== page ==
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Posts from — May 2012

New York’s RPS: High-cost, Ineffectual, and Antienvironmental (30% goal perils)

“Ultimately, New York’s RPS will cost ratepayers billions of dollars to support the construction of new generation. And if the state continues to rely on wind as the dominate resource, more turbines will be necessary to make up for low capacity factors. The program is up for review again in 2013. It’s time for the PSC to remove the rose-colored glasses and acknowledge the program for what it is: Regulatory Capture at its finest.

Tens of thousands of acres across New York State have been transformed into sprawling electric generating facilities. Specifically, some 18 industrial wind complexes house nearly 1,000 towering wind turbines that consume the landscape and threaten otherwise pristine communities.

Now, consider that another 1,500 giant towers will need to be erected by 2015 in order to satisfy the state’s 30% renewable energy mandate.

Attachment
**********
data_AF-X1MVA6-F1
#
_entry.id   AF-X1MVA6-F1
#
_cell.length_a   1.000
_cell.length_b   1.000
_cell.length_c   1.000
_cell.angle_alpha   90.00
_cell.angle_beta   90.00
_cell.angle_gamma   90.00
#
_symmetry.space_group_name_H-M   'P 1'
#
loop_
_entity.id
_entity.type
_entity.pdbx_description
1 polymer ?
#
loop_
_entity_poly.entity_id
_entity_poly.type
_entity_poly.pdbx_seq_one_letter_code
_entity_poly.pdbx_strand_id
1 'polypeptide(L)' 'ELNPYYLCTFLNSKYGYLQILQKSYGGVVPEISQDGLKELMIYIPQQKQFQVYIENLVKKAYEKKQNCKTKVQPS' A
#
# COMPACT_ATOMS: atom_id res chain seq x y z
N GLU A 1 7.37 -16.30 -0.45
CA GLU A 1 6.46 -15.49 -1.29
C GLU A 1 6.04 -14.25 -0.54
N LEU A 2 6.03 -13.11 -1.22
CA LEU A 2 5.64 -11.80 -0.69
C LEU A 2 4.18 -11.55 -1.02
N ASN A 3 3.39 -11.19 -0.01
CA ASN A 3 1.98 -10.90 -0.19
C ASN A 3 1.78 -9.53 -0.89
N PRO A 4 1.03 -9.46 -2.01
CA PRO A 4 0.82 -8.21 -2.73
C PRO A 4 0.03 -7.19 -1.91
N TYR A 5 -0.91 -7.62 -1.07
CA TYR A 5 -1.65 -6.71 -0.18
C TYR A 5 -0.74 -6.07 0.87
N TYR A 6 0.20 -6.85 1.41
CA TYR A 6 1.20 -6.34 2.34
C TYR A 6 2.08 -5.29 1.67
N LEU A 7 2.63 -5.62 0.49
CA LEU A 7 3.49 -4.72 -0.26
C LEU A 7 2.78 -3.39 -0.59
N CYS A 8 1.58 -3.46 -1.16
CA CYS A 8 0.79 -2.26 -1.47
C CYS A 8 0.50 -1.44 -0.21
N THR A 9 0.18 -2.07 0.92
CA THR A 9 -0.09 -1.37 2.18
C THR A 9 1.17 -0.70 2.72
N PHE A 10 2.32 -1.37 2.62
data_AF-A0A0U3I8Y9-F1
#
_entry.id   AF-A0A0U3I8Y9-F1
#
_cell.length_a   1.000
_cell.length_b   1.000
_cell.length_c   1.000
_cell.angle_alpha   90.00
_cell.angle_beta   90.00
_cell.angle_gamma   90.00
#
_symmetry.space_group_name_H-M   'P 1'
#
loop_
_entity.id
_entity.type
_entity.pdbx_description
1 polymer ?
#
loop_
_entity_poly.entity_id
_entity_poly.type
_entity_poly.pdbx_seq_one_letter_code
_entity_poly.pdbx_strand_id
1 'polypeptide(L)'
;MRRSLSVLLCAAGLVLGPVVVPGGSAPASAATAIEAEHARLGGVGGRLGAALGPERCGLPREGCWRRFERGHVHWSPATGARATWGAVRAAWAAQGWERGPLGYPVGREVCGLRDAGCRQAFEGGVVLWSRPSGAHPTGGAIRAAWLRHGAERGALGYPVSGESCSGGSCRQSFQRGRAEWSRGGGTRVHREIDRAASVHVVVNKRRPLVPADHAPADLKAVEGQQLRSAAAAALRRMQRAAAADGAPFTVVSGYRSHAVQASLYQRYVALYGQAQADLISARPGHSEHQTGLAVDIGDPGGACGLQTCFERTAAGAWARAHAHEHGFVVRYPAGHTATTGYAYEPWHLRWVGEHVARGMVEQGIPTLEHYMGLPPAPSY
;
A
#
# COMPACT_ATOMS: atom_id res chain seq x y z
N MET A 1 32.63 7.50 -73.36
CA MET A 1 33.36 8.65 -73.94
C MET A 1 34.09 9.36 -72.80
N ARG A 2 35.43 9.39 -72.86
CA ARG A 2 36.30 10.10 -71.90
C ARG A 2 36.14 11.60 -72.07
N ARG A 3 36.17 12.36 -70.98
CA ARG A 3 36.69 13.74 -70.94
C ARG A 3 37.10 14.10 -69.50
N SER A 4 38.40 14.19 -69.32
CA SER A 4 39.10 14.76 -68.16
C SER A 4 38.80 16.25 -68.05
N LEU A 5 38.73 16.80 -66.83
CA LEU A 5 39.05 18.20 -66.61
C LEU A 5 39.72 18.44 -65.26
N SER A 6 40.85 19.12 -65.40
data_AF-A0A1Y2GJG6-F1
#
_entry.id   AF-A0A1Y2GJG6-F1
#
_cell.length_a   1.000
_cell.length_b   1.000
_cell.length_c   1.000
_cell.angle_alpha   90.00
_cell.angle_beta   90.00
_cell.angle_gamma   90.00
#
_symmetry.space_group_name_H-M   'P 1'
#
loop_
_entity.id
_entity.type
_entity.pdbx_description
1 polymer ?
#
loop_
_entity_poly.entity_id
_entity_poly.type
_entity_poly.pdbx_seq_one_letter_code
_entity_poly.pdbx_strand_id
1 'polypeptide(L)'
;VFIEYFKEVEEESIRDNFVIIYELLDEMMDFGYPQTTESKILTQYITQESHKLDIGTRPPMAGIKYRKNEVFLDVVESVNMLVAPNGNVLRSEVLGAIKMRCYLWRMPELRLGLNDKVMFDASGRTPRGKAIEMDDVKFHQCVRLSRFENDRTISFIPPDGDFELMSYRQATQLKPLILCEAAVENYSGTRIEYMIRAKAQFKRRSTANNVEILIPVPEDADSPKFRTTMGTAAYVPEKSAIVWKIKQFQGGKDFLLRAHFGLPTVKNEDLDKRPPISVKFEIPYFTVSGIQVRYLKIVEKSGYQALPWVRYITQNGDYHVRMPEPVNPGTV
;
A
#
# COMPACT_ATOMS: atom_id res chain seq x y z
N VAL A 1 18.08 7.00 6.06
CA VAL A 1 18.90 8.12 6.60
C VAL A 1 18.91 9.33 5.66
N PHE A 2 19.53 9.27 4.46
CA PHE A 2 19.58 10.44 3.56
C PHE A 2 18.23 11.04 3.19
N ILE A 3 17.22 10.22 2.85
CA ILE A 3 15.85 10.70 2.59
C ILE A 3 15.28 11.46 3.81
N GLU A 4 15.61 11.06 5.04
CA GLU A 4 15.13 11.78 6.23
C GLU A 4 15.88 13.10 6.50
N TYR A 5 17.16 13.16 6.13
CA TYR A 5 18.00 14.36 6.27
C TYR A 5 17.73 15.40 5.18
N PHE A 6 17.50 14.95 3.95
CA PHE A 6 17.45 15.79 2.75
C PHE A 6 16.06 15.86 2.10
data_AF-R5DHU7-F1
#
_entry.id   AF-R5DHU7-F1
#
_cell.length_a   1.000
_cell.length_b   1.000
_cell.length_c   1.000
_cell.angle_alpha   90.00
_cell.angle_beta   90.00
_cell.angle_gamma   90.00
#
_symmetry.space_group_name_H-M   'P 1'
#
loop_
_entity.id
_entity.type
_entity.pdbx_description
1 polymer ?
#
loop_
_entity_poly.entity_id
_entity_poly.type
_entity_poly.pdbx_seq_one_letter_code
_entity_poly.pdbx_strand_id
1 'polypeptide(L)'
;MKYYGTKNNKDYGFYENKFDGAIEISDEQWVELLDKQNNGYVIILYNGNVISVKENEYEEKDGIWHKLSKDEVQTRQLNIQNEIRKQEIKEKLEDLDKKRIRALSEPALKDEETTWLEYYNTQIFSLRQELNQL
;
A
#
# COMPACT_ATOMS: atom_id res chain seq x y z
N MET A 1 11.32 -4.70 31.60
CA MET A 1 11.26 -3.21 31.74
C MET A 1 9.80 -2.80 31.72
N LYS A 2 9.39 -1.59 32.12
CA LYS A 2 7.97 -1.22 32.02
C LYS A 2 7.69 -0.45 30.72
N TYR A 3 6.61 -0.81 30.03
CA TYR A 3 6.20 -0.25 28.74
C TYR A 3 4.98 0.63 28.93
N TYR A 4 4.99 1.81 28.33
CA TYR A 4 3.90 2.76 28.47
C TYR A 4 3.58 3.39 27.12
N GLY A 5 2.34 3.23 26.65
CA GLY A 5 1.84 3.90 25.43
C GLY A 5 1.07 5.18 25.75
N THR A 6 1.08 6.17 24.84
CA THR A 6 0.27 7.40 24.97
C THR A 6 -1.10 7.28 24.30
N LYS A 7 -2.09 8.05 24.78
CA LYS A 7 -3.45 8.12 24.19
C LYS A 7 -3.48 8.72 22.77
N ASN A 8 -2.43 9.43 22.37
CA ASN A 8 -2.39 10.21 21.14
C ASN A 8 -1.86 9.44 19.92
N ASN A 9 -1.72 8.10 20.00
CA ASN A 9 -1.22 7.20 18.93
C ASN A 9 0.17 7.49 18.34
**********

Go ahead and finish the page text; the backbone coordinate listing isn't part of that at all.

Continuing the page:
New York’s Renewable Portfolio Standard (RPS) can be credited with most of the wind development in the state. Officials insist the policy has helped New York diversify its energy resources and will ultimately lower electricity prices but such claims are more rhetoric than real.

New York’s RPS has already exceeded original budget projections, it’s current renewable targets are unrealistic, and claims that prices will drop are predicated on a flawed understanding of how the New York wholesale power market operates.


New York first enacted its renewable energy mandate in 2004 through regulations adopted by the Public Service Commission (PSC). At the time, about 19.3% percent of electricity retailed in the state was derived from renewable resources, with the vast majority coming from large-scale hydroelectric facilities upstate and in Canada. The PSC ordered the state reach a 25% renewables target by 2013 which meant an incremental increase of 10.0 million megawatt hours (MWh) from projects built after 2003. [Read more →]

May 31, 2012   4 Comments

Surprise! Current Motor Fuel Taxes Exceed the Estimated Social Cost of Carbon (SCC) in Most Industrialized Countries

“Simple math demonstrates that the average taxes (including duties) on gasoline and diesel in virtually every developed country exceed the average U.S. EPA’s (over)estimated global social cost of carbon now and through 2025 (at least). In fact, motorists in most European countries already pay taxes in excess of the upper bound estimate of the social cost of carbon through the middle of this century.”